What do you mean by Audit?
Audit – The origin of auditing may be traced back to the 18th century when the practice of large-scale production was developed as a result of Industrial Revolution. It is found that some systems of checks and counter checks were applied for maintaining Accounts of Public Institutions, as early as the days of the ancient Egyptians, the Greek and the Romans.
The growth of accounting profession in India is of a quite recent origin. It was an outcome of the Indian companies Act, 1913 which prescribed for the first time the qualifications of an auditor. Due to rapid growth in the size of business firms, it has become necessary that the accounts must be checked and audited by an independent person, known as auditor especially in case of joint-stock companies where the shareholders are drawn from far off places. That is why it becomes necessary to assure them that their investment is safe and that the Directors and the Managing Directors etc. handling capital and accounts have presented true and correct accounts.
Definition of Audit – Online Study
The word “audit” is derived from the Latin word “audile” which means “to hear”. In olden times, whenever the owners of, a business suspected fraud they appointed certain persons to check the accounts. Such persons sent for the accountants and “heard” whatever they had to say in connection with the accounts. Since then there have been lot of changes in the scope and definition of audit. The following are some of the definitions of audit given by some writers:
According to spacer and Pegler, “An audit may be said to be such an examination of the books, accounts and vouchers of a business as will enable the auditor to satisfy himself that the balance sheet is properly drawn-up, so as to give a true and fair view of the state of the affairs of the business, and whether the profit and Loss Accounts gives a true and fair view of profit or loss for the financial period, according to the best of his information and the explanations given to him and as shown by the books and if not, in what respect he is not satisfied ” R.B. Bose has defined as audit as “the verification of the accuracy and correctness of the books of account by independent person qualified for the job and not in any way connected with the preparation of such accounts.”
M.L. Shadily has defined auditing as “inspecting, comparing, checking, reviewing, vouching ascertaining scrutinizing, examining and verifying the books of account of a business concern with a view to have a correct and true idea of its financial state of affairs”. From a closer scrutiny of the definitions given by various writers, it would be evident that these are different methods of saying a particular thing but still there is a lot of similarity therein. However, audit maybe defined as:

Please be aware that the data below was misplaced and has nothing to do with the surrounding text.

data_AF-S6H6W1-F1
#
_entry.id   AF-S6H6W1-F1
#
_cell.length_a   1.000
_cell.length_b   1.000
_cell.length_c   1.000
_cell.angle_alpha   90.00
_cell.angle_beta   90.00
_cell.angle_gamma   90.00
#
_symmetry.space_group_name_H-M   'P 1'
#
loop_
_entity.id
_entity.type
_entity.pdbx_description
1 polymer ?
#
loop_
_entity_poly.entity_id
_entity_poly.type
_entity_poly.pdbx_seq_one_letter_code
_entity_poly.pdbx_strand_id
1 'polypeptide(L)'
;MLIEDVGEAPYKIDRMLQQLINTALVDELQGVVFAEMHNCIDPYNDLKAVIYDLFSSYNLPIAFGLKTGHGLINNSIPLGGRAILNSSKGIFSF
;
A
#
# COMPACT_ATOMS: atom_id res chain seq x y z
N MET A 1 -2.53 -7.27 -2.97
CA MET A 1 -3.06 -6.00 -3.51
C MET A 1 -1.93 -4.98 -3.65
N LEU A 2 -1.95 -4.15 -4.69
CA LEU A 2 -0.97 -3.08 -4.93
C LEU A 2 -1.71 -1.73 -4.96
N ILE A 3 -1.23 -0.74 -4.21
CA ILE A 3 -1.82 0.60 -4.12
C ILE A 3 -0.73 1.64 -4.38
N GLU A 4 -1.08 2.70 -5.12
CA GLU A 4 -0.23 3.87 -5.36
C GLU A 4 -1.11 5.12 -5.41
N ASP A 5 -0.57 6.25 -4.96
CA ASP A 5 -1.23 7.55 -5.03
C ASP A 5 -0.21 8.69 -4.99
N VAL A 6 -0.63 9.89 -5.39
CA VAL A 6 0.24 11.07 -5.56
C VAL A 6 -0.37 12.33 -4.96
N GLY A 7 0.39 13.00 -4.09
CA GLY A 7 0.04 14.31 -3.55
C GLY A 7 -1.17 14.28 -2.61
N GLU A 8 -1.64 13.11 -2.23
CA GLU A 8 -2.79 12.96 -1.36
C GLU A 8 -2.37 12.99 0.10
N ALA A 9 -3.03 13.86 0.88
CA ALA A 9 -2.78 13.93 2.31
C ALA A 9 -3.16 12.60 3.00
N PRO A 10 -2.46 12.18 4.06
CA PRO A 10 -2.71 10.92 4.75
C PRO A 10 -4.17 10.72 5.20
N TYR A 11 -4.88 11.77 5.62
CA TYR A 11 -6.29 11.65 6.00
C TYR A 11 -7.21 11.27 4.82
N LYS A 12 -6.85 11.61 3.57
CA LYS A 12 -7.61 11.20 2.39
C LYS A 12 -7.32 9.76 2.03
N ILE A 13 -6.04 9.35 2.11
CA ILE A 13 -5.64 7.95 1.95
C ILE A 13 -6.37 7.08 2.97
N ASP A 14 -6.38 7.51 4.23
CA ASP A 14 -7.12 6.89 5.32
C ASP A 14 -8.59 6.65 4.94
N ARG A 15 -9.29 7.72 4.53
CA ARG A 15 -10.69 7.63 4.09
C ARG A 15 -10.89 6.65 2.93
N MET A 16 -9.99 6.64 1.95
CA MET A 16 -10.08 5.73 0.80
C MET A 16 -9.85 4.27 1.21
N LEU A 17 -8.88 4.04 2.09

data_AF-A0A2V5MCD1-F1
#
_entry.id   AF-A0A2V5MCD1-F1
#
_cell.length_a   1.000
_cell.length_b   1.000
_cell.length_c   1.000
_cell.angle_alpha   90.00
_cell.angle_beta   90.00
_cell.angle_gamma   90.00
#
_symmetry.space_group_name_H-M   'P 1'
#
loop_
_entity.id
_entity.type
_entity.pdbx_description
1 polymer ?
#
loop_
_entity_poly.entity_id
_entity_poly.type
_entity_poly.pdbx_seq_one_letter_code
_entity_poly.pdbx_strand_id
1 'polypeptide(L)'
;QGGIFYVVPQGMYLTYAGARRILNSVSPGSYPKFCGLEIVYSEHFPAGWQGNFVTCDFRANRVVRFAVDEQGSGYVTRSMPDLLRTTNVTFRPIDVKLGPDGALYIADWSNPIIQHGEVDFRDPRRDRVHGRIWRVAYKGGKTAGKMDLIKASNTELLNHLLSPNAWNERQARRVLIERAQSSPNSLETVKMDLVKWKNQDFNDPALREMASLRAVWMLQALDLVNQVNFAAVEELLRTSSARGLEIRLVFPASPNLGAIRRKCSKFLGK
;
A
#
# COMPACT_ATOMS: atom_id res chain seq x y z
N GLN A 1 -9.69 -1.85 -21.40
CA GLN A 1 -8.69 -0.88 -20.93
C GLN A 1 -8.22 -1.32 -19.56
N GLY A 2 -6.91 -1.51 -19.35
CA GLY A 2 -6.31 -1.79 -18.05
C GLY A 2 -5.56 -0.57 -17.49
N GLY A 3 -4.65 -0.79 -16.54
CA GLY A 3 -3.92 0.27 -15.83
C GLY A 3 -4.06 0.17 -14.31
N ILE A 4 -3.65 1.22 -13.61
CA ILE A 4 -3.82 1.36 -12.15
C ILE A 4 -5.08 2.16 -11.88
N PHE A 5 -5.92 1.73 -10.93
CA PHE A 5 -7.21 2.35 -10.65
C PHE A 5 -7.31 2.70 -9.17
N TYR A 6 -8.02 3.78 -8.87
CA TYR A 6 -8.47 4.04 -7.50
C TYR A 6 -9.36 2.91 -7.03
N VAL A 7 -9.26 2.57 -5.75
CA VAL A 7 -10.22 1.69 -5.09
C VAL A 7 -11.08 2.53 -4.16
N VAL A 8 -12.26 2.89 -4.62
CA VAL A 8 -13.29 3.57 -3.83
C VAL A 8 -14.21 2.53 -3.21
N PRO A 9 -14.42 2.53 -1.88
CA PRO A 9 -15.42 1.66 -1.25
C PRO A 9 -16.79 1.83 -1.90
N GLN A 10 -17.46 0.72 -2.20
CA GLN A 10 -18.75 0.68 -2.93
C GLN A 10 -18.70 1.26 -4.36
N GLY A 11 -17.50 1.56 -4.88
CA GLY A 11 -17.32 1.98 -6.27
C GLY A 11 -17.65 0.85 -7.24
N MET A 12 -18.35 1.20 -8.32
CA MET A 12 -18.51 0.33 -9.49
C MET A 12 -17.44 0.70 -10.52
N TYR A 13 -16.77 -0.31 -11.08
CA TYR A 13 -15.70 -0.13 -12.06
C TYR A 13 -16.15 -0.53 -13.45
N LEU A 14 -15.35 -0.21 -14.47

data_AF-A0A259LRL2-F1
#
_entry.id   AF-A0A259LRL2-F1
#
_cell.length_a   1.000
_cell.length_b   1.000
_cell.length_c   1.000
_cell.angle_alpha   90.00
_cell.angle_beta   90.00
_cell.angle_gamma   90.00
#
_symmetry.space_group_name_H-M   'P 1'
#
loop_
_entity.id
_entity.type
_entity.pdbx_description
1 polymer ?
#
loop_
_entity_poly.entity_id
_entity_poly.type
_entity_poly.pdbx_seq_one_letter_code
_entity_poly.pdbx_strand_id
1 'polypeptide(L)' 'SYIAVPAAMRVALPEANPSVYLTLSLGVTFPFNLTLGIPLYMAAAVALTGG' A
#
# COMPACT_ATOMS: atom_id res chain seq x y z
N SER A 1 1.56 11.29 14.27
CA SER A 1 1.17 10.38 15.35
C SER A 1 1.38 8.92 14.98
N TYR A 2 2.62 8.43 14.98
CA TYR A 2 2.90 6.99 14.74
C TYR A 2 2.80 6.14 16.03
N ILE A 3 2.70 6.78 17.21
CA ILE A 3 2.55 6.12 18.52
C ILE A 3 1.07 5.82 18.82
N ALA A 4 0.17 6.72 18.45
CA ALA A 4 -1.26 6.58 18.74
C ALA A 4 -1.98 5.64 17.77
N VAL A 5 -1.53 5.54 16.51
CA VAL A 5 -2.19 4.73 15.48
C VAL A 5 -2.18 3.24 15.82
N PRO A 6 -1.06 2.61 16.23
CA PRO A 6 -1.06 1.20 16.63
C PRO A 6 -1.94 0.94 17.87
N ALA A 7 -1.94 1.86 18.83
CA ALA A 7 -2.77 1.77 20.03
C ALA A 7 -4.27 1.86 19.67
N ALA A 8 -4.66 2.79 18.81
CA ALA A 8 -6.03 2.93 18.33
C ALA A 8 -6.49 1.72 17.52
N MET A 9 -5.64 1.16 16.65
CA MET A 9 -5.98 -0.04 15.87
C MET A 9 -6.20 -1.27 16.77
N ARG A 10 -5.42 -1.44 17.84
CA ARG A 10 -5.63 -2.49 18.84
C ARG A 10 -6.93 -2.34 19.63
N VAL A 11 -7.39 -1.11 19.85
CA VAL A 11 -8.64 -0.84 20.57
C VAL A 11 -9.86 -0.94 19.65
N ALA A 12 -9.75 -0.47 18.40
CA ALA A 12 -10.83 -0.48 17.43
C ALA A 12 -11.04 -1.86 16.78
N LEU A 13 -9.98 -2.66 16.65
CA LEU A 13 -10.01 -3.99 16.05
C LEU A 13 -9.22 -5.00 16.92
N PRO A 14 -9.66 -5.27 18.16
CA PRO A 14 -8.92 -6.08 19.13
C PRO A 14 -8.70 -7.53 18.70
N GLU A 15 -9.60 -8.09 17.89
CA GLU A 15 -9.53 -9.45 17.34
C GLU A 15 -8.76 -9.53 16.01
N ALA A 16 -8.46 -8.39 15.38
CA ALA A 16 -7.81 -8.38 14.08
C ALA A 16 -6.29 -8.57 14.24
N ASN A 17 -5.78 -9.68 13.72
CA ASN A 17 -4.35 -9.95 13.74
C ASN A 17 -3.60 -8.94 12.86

1. An intelligent and a critical Examination of the Books of account of a business which,
2. Is done by an independent person or body of persons qualified for the job.
3. With the help of vouchers, documents, information and explanations received from the authorities, so that, the auditor may satisfy himself with the authenticity of financial accounts prepared for a fixed term and ultimately report that,) the Balance Sheet exhibits a true and fair view of the state of affairs of the concern, the Profit and Loss Account reveals the true and fair view of the profit or loss for the financial period, and the accounts have been prepared in conformity with the law. In short, an audit implies an investigation and a report.
Difference Between Accountancy and Auditing
The difference between Accountancy and Auditing is as follows:
1. Accountancy is mainly concerned with the preparation of summary and analysis of the records prepared by the book-keeper for this, an accountant has to prepare trial balance and then annual accounts. On the other hand, Auditing means the verification of book entries and accounts to find out their accuracy. So the auditor’s work is to find out whether the final accounts exhibit a true and fair view of the State Of Affairs of the concern or not and to report his findings to the share holders.
2. An accountant is an employee of the business while an auditor is an independent outsider.
3. As an employee of business, an accountant draws his monthly salary regularly from the business itself while an auditor is paid a remuneration agreed upon between him and his client.
4. An accountant is not expected to have knowledge of auditing but for an auditor, it is very essential to possess a thorough Knowledge Of Accountancy.
5. An auditor can be changed from year to year but an accountant is not, as he is usually a permanent employee of the business.
Book-Keeping, Accountancy and Auditing
Book-Keeping, Accountancy and Auditing are the three aspects of the term ‘Accountancy’ itself in its widest sense.
Book-keeping is the art of recording the daily transactions in a set of financial books. It is concerned with Systematic Recording of Transaction in the books of original entry and their posting into ledger. A person with the knowledge of rules of journalizing and posting can very easily do the job. In some countries like Africa & England, this work is done by machines.
Accountancy: Accountancy begins where book-keeping ends.” It means that an accountant comes into the picture only when the book keeper has done his job. The functions of accountant can be classified as under:
(i) Checking the work of book-keeper.
(ii) Preparation of trial balance,
(iii) Preparation of Trading and Profit and loss Account.
(iv) Preparation of balance sheet,
(v) Passing entries for rectification of errors and making adjustments.
An accountant is supposed to be an expert in the accounting procedures as he has to examine analytically the final accounts. But it is not necessary for him to pass the Chartered Accountant’s Examination. He it’s not supposed to submit his report after the completion of work.